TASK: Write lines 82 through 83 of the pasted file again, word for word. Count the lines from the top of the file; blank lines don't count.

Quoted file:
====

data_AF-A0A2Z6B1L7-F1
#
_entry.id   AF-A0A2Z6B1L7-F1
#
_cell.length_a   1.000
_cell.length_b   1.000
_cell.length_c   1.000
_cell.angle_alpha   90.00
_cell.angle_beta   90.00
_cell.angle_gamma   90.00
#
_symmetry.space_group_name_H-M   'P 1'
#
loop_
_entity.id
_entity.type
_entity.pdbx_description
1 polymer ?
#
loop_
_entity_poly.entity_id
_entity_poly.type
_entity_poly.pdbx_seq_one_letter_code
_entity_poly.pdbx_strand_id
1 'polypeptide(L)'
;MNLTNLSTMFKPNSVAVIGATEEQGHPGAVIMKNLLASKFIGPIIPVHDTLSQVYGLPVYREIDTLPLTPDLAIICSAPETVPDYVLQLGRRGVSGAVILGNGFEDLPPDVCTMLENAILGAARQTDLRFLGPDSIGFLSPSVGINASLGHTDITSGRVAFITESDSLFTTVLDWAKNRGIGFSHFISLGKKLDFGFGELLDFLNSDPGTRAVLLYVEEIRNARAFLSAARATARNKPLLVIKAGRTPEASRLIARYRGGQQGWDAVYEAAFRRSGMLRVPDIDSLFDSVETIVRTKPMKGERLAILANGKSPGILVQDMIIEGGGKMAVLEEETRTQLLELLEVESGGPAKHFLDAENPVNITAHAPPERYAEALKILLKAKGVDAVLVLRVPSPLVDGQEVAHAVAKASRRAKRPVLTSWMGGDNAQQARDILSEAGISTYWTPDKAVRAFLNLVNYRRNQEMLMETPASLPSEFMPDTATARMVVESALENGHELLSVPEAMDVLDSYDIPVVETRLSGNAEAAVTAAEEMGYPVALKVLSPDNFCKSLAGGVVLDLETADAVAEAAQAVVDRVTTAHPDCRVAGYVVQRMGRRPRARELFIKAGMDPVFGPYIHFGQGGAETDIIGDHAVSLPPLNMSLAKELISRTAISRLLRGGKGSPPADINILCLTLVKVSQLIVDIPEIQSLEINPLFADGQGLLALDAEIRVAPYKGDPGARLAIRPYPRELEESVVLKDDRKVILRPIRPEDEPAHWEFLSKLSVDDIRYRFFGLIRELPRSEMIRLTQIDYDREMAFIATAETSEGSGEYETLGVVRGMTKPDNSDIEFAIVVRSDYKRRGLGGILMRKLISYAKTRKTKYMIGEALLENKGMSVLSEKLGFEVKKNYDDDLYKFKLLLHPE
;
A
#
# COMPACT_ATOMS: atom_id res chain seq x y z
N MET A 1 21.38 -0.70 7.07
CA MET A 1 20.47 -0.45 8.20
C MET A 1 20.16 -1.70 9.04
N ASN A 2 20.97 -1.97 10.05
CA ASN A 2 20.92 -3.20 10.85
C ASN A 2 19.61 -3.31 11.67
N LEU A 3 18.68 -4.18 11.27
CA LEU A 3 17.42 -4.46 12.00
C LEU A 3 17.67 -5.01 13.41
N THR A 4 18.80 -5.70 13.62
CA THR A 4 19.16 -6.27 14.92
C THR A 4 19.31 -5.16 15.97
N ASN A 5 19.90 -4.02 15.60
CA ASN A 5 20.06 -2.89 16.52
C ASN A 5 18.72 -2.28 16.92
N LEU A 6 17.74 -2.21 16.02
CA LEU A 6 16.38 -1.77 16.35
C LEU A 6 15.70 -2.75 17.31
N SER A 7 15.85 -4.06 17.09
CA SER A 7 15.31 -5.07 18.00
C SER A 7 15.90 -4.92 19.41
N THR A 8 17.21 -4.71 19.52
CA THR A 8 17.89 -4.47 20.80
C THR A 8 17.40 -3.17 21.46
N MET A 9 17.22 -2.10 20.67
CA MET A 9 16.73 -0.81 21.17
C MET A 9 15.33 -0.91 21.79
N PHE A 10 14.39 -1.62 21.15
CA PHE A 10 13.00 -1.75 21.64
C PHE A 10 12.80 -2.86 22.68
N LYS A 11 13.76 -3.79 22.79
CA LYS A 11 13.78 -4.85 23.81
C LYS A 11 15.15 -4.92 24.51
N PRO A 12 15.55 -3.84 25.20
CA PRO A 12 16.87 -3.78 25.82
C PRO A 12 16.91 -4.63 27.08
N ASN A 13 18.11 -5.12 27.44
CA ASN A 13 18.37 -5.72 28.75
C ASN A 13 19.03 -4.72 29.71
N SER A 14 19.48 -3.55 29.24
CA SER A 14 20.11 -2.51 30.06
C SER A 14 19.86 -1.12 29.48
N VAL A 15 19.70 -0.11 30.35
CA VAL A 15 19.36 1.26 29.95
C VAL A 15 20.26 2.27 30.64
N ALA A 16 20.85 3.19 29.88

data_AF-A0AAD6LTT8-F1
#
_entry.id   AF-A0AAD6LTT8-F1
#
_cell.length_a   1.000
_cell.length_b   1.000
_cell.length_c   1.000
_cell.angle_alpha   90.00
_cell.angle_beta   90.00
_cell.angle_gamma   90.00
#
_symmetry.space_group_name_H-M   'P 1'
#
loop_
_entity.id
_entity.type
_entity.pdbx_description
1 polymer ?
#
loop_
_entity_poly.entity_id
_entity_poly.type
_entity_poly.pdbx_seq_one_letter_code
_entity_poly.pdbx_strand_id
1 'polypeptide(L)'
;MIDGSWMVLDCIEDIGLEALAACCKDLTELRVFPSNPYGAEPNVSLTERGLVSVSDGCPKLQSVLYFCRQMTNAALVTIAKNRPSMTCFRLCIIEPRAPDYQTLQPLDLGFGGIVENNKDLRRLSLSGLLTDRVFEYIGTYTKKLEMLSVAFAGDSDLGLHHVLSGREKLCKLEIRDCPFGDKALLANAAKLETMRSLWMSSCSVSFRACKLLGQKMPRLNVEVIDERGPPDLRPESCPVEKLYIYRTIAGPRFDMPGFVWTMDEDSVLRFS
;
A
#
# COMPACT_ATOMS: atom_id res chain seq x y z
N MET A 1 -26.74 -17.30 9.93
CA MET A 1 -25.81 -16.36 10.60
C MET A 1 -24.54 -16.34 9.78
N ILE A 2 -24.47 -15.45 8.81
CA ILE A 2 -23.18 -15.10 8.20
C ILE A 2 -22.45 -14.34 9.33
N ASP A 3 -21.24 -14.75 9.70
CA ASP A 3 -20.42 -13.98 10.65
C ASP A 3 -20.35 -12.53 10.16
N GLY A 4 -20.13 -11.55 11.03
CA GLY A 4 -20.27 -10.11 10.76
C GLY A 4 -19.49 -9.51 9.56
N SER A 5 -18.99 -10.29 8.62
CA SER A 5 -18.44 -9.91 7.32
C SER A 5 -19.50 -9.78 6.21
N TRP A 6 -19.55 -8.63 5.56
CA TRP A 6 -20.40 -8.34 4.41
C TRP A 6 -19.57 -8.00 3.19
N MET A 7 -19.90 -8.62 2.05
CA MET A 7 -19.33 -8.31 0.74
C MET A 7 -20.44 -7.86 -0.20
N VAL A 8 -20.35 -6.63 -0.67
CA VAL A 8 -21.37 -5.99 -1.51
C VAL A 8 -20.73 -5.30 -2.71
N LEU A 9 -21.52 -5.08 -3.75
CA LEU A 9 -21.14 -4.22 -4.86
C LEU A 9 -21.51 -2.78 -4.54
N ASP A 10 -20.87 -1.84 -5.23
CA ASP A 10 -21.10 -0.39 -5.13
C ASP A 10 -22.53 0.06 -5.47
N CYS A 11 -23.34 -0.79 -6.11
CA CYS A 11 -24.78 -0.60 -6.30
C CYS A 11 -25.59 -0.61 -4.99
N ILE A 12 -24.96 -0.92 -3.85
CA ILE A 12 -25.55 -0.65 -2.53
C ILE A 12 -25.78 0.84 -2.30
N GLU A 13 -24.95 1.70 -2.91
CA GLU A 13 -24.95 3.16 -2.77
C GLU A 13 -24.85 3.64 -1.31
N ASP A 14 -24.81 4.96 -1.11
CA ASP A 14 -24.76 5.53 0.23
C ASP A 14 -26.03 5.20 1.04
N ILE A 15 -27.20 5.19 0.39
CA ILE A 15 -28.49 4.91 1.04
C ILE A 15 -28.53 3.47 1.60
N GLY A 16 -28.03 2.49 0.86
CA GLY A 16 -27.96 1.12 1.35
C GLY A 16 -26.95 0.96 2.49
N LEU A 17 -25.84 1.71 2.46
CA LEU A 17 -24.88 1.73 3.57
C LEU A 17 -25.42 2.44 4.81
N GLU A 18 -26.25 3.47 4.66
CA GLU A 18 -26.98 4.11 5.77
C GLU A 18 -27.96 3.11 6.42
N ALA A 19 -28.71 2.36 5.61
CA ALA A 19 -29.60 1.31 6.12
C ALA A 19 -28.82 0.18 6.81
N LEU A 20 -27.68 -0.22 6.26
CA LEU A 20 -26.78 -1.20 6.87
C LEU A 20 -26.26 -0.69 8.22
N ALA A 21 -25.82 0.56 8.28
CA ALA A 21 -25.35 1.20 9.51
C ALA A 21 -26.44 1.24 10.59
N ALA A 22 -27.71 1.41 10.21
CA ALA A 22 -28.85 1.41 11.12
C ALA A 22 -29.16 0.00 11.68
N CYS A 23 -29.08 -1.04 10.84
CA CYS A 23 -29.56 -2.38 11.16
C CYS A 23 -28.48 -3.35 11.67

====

_cell.length_b   1.000
_cell.length_c   1.000